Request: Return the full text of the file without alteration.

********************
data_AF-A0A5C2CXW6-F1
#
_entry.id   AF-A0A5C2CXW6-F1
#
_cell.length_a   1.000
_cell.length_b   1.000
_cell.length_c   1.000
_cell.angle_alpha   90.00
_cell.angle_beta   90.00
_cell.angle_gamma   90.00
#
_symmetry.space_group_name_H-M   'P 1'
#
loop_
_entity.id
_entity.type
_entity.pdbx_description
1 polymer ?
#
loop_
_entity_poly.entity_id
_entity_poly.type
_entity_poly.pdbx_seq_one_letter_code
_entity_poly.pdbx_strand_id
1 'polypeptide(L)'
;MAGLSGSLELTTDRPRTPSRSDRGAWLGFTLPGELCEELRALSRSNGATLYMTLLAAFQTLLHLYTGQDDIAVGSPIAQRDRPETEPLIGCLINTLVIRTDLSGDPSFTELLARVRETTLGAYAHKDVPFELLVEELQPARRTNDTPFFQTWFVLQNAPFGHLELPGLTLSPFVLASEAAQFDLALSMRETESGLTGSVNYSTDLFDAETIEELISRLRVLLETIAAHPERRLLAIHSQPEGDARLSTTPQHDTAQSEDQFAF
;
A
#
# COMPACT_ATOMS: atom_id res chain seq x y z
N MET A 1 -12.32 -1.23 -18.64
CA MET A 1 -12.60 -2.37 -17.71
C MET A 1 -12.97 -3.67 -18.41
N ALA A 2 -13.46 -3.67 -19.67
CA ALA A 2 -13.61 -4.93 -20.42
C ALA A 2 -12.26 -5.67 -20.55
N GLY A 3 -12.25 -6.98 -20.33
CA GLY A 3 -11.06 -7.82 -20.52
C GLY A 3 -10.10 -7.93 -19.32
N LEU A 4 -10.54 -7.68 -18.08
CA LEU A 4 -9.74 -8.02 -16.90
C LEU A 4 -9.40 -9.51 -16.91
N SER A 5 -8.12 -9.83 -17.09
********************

data_AF-A0A5C2CXW6-F1
#
_entry.id   AF-A0A5C2CXW6-F1
#
_cell.length_a   1.000
_cell.length_b   1.000
_cell.length_c   1.000
_cell.angle_alpha   90.00
_cell.angle_beta   90.00
_cell.angle_gamma   90.00
#
_symmetry.space_group_name_H-M   'P 1'
#
loop_
_entity.id
_entity.type
_entity.pdbx_description
1 polymer ?
#
loop_
_entity_poly.entity_id
_entity_poly.type
_entity_poly.pdbx_seq_one_letter_code
_entity_poly.pdbx_strand_id
1 'polypeptide(L)'
;MAGLSGSLELTTDRPRTPSRSDRGAWLGFTLPGELCEELRALSRSNGATLYMTLLAAFQTLLHLYTGQDDIAVGSPIAQRDRPETEPLIGCLINTLVIRTDLSGDPSFTELLARVRETTLGAYAHKDVPFELLVEELQPARRTNDTPFFQTWFVLQNAPFGHLELPGLTLSPFVLASEAAQFDLALSMRETESGLTGSVNYSTDLFDAETIEELISRLRVLLETIAAHPERRLLAIHSQPEGDARLSTTPQHDTAQSEDQFAF
;
A
#
# COMPACT_ATOMS: atom_id res chain seq x y z
N MET A 1 -12.32 -1.23 -18.64
CA MET A 1 -12.60 -2.37 -17.71
C MET A 1 -12.97 -3.67 -18.41
N ALA A 2 -13.46 -3.67 -19.67
CA ALA A 2 -13.61 -4.93 -20.42
C ALA A 2 -12.26 -5.67 -20.55
N GLY A 3 -12.25 -6.98 -20.33
CA GLY A 3 -11.06 -7.82 -20.52
C GLY A 3 -10.10 -7.93 -19.32
N LEU A 4 -10.54 -7.68 -18.08
CA LEU A 4 -9.74 -8.02 -16.90
C LEU A 4 -9.40 -9.51 -16.91
N SER A 5 -8.12 -9.83 -17.09